The lockdowns of 2020 and 2021 were tough. But amidst the difficulties, many of us found that there were some unexpected blessings that emerged out of those trying times. For me, one of those blessings, perhaps counterintuitively, was the development of some new friendships.
As the first lockdown began to ease, I connected with a family who had joined my church shortly before Covid hit. We quickly became good friends. As tiers and restrictions and lockdowns remerged, we sustained our friendship through Zoom dinners, walks, and winter evenings sitting around a fire pit, wrapped in blankets, watching Downton Abbey on an old laptop. It was an unconventional season of friendship deepening, but it was a real lifeline to me as a single guy in lockdown.
As restrictions slowly began to lift and some level of normality seemed to be appearing on the horizon, we found ourselves reflecting on what lockdown had given us. I was really struck by a comment both of my new friends made, independently of each other, around this time:
‘We’re really glad that we’ve connected over lockdown, because we don’t think you would have been around enough for it to have happened like this if life had carried on as normal.’
Those words were said with genuine gratitude. They really were glad and grateful for the opportunity that lockdown had given us to connect regularly and to become part of each other’s lives. But God also used those words to challenge me. Was it true that had it not been for lockdown I wouldn’t have had time to develop such an important new friendship? Was there something wrong in that? As I reflected, I realised it probably was true that I wouldn’t have had time for this new friendship, and I think there is something wrong in that.
I have the privilege of travelling a lot to teach at various churches and events. I also enjoy going to visit various friends I have dotted around the country. It’s true that when not in lockdown, I’m often not at home a lot. One of the blessings of singleness for me has been a freedom to travel to serve others and to see friends.
Just because I’m single doesn’t mean I don’t have relational responsibilities.
But there’s a risk in that blessing, the risk that my local friends feel they are just there to fill in the gaps or that they just get the dregs of my time. As I reflected on that, I realised that’s not how I want things to be. And I realised something important: just because I’m single doesn’t mean I don’t have relational responsibilities.
Singleness does give a whole load of freedom and flexibility that isn’t available to those who are married. In fact, these freedoms are one of the reasons that Apostle Paul thinks singleness is preferable to marriage (1 Corinthians 7:32-35). Married people are rightly anxious about how to love and care for their spouse; single people have freedom to be anxious ‘about the things of the Lord’ (1 Corinthians 7:32). There should be a difference between those of us who are married and those of us who are single because a marriage relationship adds a particular set of demands on each partner.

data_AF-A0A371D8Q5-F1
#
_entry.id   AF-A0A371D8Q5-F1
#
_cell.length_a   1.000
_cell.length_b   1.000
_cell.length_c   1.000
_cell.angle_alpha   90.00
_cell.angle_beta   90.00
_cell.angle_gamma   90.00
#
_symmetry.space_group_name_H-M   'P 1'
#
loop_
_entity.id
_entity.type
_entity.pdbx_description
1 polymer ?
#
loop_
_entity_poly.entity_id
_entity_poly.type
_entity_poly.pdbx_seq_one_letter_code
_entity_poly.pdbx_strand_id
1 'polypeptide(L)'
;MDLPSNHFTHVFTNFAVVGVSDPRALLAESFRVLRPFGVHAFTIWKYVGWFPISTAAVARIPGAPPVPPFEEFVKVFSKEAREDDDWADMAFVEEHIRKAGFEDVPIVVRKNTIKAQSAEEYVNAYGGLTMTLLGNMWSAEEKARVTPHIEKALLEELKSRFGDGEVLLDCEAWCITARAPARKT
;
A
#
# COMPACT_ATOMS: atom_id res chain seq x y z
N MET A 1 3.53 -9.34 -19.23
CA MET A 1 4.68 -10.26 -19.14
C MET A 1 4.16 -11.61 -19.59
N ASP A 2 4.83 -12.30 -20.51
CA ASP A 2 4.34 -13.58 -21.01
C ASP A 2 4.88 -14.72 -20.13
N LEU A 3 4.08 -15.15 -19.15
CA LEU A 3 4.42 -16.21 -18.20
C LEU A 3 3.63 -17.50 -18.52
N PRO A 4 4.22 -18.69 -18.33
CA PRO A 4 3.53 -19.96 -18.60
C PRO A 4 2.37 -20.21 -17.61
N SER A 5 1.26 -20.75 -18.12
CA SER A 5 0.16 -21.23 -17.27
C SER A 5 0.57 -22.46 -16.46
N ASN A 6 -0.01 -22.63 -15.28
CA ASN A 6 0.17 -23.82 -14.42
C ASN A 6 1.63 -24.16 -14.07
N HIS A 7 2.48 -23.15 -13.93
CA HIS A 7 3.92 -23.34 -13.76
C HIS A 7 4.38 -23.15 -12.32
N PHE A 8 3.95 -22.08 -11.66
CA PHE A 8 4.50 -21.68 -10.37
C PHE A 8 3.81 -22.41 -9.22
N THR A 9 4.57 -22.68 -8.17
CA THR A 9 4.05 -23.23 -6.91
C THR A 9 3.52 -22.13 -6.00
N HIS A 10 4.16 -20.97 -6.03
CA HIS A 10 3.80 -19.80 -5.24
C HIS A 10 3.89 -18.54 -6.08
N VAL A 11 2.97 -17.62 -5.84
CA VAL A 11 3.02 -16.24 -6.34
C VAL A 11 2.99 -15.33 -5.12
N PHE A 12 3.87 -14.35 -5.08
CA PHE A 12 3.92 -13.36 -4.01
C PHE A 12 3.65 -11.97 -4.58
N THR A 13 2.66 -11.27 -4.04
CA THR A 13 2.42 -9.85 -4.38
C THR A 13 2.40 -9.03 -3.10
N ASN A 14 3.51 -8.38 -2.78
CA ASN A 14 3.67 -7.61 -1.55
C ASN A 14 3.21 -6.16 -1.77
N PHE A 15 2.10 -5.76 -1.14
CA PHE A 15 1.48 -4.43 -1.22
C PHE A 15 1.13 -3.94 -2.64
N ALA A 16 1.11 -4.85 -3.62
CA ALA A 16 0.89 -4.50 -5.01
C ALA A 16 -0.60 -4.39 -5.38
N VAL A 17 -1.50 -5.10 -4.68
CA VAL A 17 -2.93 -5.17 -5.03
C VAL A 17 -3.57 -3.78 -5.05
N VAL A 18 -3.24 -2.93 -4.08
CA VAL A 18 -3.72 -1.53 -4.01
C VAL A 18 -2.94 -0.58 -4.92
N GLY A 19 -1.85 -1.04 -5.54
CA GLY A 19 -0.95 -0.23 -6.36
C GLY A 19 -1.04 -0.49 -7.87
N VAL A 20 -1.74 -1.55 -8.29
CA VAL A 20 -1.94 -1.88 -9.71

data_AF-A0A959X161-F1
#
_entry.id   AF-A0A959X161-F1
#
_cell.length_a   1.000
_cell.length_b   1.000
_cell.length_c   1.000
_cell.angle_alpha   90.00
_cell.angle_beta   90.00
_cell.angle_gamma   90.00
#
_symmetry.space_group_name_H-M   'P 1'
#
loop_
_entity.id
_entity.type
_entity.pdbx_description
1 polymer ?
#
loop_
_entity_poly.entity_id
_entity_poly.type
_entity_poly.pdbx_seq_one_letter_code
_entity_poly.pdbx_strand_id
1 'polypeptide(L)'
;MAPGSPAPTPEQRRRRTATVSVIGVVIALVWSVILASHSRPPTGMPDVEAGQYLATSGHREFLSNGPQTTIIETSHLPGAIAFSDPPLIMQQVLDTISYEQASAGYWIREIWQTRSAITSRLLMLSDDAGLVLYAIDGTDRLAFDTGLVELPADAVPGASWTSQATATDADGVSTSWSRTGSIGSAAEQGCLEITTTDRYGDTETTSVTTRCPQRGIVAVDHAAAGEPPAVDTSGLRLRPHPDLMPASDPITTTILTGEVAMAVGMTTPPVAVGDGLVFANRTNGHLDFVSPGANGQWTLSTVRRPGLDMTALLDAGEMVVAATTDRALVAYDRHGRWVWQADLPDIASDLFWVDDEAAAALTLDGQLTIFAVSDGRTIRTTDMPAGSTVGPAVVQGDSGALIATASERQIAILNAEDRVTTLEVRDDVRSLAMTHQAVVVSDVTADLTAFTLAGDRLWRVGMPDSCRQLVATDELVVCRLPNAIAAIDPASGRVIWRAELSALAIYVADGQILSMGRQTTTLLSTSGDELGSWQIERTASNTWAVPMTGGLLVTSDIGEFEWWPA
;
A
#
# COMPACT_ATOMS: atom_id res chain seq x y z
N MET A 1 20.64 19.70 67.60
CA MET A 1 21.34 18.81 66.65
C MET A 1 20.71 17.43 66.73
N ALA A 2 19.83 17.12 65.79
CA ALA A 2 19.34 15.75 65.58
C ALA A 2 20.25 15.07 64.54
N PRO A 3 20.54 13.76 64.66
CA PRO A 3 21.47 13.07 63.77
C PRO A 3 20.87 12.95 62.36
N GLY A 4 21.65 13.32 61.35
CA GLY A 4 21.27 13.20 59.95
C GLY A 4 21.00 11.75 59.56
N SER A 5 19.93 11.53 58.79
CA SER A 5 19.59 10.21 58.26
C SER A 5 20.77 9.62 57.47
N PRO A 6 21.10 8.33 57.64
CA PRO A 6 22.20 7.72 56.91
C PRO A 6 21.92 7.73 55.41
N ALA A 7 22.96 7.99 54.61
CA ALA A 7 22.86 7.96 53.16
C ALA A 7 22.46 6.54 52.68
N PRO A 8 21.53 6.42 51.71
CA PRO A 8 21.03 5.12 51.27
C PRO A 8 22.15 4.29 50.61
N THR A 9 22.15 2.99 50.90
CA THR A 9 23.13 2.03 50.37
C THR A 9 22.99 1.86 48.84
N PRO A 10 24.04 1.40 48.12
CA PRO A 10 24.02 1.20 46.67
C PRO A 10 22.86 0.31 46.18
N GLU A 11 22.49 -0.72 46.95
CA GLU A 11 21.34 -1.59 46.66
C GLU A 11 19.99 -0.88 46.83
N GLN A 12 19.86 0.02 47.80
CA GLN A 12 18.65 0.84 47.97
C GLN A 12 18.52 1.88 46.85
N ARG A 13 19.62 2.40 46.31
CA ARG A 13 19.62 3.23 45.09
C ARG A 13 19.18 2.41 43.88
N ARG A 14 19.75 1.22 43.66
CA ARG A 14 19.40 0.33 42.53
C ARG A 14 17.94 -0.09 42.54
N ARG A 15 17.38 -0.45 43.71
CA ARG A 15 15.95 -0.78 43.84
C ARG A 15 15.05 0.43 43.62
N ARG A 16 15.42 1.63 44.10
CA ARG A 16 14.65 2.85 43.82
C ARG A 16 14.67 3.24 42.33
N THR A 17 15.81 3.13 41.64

But I’m not sure that means those of us who are single don’t have relational responsibilities. We too are called to love our brothers and sisters as Jesus has loved us (John 13:34; 15:12). That’s a love of self-sacrifice – laying down some of our freedoms and preferences for the sake of others. We too are called to bear the burdens of others (Galatians 6:2) and to be present together to encourage one another (Hebrews 10:25). Singles have relational responsibilities too. They may not be the same as for those who are married, but they are a reality nevertheless.
I don’t want to squeeze my friends into the leftovers of my time or for them to feel they just get the dregs of my time.
I don’t want to squeeze my friends into the leftovers of my time or for them to feel they just get the dregs of my time. I want them to feel loved, supported, and encouraged by me. I want to continue to make good use of the freedoms with which God has blessed me in the gift of singleness, but I want to use more of that freedom to be a good friend.
What does that mean for me in 2022? I’ll still be away quite a bit, but maybe not quite as much. And I’ll have a new consideration in mind when I’m deciding how to use my time. A question at the forefront of my mind in 2022 will be ‘How can I recognise my relational responsibilities?’